Figure 5. Correlation-based network analysis showing all potential interactions between protist operational taxonomic units (OTUs) in the bulk soil (A, n = 18) and rhizosphere (B, n = 54) of soybean fields in China. Node colors indicate different protist taxonomic groups. Lines connecting nodes (edges) represent positive (red) or negative (blue) co-occurrence relationships.
Then, the investigated the correlations between modules and environmental factors by Mantel analysis. The correlations were mainly detected in specific modules. These modules (modules III and IV in the bulk soil, Supplementary Table 4A; module I in the rhizosphere, Supplementary Table 4B) were significantly related to a wide range of environmental factors. Other modules were rarely related to environmental factors.
Co-occurrence Networks of Protists and Other Microorganisms
Further, we constructed overall networks based on protist, bacterial and fungal OTUs of the bulk soil and rhizosphere (Figure 6). The overall network in the bulk soil consisted of 601 nodes (225 bacterial OTUs, 237 fungal OTUs, and 139 protist OTUs) and 1,499 edges; the overall network in the rhizosphere consisted of 392 nodes (185 bacterial OTUs, 191 fungal OTUs, and 16 protist OTUs) and 1,093 edges (Supplementary Table 5). Similar to protist networks, the rhizosphere had a smaller and less complex integrated network compared with bulk soil. In bulk soil, the interactions mainly occurred in the same type of microorganisms, and the interaction between different types of microorganisms was less (Figure 6A). In the rhizosphere, protists mainly interact with bacteria and fungi (Figure 6B). The proportion of positive edges correlated with the protists decreased, while the proportion of negative edges correlated with the protists increased to varying degrees compared with the bulk soil (Figure 7). We analyzed the roles of different types of microbial nodes in the integrated networks to identify the keystone species. Protists were identified as keystone species in both the rhizosphere and the bulk soil. In the bulk soil, 2 protist OTUs were identified as module hubs, and 1 protist OTU was identified as a connector (Supplementary Figure 3A). In the rhizosphere, 1 protist OTU was identified as a module hub (Supplementary Figure 3B).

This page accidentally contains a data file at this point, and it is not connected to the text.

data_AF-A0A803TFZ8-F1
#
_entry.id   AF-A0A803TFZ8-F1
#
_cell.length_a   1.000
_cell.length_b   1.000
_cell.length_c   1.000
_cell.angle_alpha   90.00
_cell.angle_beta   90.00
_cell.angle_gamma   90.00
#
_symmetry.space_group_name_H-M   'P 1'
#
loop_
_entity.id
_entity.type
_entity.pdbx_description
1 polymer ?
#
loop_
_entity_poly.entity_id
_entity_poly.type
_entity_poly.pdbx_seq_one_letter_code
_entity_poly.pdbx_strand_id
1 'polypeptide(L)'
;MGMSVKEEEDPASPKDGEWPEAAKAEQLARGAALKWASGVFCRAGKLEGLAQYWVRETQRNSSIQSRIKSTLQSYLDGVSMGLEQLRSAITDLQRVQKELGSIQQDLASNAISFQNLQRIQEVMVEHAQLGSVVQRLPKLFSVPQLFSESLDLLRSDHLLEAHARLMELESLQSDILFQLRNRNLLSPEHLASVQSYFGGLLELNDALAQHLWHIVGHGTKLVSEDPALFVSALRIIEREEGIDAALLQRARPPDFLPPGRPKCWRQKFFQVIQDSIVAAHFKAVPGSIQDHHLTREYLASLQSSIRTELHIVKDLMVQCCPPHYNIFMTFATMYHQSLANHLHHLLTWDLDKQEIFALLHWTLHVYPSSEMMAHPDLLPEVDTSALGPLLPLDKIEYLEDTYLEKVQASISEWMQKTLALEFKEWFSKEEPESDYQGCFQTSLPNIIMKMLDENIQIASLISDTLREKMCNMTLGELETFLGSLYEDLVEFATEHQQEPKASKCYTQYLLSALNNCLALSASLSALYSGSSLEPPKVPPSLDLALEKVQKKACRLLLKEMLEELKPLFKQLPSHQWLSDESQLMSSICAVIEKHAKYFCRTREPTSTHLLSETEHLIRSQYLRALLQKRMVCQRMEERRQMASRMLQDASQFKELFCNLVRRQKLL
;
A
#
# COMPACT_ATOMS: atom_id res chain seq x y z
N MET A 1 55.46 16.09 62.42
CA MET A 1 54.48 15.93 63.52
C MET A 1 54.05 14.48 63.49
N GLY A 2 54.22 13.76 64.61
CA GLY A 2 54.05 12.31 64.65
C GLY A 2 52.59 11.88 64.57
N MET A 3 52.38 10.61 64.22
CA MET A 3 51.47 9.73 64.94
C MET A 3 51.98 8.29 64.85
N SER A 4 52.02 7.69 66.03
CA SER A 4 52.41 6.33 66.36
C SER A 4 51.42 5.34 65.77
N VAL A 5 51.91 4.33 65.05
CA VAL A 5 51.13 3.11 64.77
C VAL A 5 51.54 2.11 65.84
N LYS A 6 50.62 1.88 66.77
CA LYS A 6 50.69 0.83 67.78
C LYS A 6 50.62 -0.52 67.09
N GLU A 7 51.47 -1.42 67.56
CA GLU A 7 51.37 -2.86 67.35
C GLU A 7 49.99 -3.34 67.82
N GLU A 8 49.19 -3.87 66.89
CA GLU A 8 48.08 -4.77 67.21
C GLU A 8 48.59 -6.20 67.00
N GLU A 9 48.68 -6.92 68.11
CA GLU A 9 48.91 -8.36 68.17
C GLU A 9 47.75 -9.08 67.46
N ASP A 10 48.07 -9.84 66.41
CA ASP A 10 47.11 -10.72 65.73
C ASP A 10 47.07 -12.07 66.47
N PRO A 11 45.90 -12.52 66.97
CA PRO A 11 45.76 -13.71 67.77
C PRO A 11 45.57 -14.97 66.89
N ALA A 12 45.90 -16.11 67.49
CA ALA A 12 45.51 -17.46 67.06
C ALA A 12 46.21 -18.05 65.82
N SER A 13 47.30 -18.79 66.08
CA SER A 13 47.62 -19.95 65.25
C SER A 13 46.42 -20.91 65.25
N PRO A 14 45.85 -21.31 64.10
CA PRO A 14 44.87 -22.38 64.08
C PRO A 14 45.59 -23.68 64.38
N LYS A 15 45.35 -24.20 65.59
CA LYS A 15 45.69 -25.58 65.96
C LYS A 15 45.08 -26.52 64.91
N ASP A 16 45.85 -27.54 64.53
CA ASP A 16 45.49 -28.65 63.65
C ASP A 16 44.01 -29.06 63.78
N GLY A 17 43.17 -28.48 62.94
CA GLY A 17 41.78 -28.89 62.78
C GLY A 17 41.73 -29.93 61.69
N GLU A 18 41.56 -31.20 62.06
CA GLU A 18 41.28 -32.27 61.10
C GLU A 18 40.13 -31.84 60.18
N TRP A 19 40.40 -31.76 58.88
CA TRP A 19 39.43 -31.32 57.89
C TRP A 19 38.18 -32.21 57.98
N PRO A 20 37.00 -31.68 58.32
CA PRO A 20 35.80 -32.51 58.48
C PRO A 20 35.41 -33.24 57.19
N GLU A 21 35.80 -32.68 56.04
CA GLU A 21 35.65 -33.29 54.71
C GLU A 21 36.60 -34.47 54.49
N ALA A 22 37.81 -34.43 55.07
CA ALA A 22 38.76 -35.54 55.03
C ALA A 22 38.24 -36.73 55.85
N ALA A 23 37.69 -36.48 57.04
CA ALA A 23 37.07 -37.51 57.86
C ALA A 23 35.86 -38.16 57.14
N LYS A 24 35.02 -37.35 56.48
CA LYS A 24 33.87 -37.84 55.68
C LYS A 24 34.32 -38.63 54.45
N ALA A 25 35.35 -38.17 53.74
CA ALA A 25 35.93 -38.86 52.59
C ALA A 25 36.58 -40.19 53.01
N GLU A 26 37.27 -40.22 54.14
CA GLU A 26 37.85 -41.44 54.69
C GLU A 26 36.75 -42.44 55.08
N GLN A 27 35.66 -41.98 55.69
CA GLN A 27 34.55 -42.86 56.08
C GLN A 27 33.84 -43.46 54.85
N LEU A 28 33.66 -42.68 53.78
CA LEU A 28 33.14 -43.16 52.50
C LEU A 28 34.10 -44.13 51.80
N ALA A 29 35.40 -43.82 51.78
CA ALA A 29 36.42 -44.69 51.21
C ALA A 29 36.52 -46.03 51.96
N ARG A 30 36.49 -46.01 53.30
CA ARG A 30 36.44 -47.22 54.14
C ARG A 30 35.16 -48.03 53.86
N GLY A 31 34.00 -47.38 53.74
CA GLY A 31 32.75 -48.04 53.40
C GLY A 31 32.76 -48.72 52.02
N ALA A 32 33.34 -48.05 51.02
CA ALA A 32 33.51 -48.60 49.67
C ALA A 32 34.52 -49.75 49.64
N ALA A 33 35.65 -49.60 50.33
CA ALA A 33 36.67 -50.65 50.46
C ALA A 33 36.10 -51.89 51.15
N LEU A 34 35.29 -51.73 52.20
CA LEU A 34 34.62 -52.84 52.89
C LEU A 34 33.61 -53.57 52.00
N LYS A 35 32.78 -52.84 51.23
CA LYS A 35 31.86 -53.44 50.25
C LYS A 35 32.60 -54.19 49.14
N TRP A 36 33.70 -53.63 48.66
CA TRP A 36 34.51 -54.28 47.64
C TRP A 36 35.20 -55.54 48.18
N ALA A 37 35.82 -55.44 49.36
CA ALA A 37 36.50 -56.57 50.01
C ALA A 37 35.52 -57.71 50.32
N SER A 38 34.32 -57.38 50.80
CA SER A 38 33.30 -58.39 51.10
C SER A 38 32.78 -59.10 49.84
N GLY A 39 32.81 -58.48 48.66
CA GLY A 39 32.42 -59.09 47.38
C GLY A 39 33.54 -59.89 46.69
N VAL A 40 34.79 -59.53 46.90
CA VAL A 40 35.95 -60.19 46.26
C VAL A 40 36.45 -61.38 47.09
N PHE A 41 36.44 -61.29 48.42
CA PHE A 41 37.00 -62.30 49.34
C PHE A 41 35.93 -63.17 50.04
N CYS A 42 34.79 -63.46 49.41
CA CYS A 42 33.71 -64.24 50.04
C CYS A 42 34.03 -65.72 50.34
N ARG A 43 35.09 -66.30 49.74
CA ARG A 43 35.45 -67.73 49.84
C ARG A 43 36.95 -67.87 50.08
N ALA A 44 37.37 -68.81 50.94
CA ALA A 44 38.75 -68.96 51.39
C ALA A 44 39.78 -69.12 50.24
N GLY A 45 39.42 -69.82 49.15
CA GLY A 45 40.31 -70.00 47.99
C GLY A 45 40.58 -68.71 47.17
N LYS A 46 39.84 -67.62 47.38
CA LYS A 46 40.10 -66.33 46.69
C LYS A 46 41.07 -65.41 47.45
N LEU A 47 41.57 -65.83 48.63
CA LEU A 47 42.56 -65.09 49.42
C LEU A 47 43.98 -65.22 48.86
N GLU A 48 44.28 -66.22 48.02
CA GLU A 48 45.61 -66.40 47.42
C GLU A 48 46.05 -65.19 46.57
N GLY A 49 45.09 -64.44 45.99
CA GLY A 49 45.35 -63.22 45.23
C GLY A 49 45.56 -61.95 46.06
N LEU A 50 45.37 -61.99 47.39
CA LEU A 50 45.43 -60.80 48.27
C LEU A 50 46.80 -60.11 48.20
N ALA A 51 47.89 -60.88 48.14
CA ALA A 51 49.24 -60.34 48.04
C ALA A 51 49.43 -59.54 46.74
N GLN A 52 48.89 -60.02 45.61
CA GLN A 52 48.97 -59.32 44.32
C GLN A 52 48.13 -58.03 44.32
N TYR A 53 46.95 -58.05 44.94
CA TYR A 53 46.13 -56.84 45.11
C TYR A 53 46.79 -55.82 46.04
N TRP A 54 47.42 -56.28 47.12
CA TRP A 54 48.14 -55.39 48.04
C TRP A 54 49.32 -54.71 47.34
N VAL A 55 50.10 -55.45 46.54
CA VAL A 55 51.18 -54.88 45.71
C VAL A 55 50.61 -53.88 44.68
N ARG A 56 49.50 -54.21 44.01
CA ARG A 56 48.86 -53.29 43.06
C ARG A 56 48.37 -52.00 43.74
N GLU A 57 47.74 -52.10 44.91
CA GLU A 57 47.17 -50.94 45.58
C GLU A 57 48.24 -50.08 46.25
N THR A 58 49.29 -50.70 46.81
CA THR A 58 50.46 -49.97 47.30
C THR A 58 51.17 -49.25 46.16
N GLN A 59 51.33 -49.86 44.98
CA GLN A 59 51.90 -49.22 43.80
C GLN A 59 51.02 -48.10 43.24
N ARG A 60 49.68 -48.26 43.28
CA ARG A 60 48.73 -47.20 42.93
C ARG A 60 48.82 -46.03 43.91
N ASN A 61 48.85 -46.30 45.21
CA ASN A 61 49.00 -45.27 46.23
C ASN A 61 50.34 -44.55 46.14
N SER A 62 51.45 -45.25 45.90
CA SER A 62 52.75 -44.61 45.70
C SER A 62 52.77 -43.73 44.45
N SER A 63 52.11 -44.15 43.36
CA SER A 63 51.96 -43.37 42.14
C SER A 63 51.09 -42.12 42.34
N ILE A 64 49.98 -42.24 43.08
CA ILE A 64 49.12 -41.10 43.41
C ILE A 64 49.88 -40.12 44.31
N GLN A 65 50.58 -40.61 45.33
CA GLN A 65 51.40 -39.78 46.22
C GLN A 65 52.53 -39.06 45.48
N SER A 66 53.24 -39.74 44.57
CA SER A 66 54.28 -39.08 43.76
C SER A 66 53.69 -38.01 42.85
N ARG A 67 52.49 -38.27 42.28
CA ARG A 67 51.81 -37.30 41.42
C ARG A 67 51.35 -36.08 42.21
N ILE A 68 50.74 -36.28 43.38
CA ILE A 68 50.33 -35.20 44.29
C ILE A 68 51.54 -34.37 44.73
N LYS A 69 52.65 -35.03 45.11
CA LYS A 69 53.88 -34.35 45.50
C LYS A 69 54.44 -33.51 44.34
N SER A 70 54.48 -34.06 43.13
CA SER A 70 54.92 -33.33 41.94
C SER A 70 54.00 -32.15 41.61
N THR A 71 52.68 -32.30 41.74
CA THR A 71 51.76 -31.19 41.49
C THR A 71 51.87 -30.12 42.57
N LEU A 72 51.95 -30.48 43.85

Figure 6. Co-occurrence networks constructed from total microbial communities in bulk soil (A, n = 18) and rhizosphere (B, n = 18), respectively, and the distributions of bacteria, fungi and protist (C,D). Each node represents an OTU, the size of each node is proportional to the degree (A,B). Red and blue lines connecting nodes (edges) represent positive and negative relationships, respectively (A,B).
Figure 7. Relative abundance of each type of edge in the co-occurrence networks of the microbial communities in bulk soil and soybean rhizosphere, (A) for all edges, (B) for positive edges, and (C) for negative edges.
The symbiotic relationship between soybean and rhizobia is a supreme example of plant–microbe mutualism. Han et al. (2020) demonstrated an important role of the rhizospheric microbial community in shaping rhizobia-host relationships in soybean. Rhizospheric bacterial and fungal communities of soybean have been well investigated (Zhang et al., 2018a,b). Rhizospheric protists play various ecological roles in soil food webs and therefore display great functional versatility (Xiong et al., 2020). However, a comprehensive understanding of the diversity and ecological functioning of rhizospheric protists of soybean still eludes us. The development of new molecular markers and databases allows us to understand the rhizospheric protist community (Ceja-Navarro et al., 2021). On the other hand, exploring relationships between protists and other microorganisms was essential to comprehensively understand the ecological roles of the protist community in the soybean rhizosphere.
Distinctive Protist Community Structures of Bulk Soil and Soybean Rhizosphere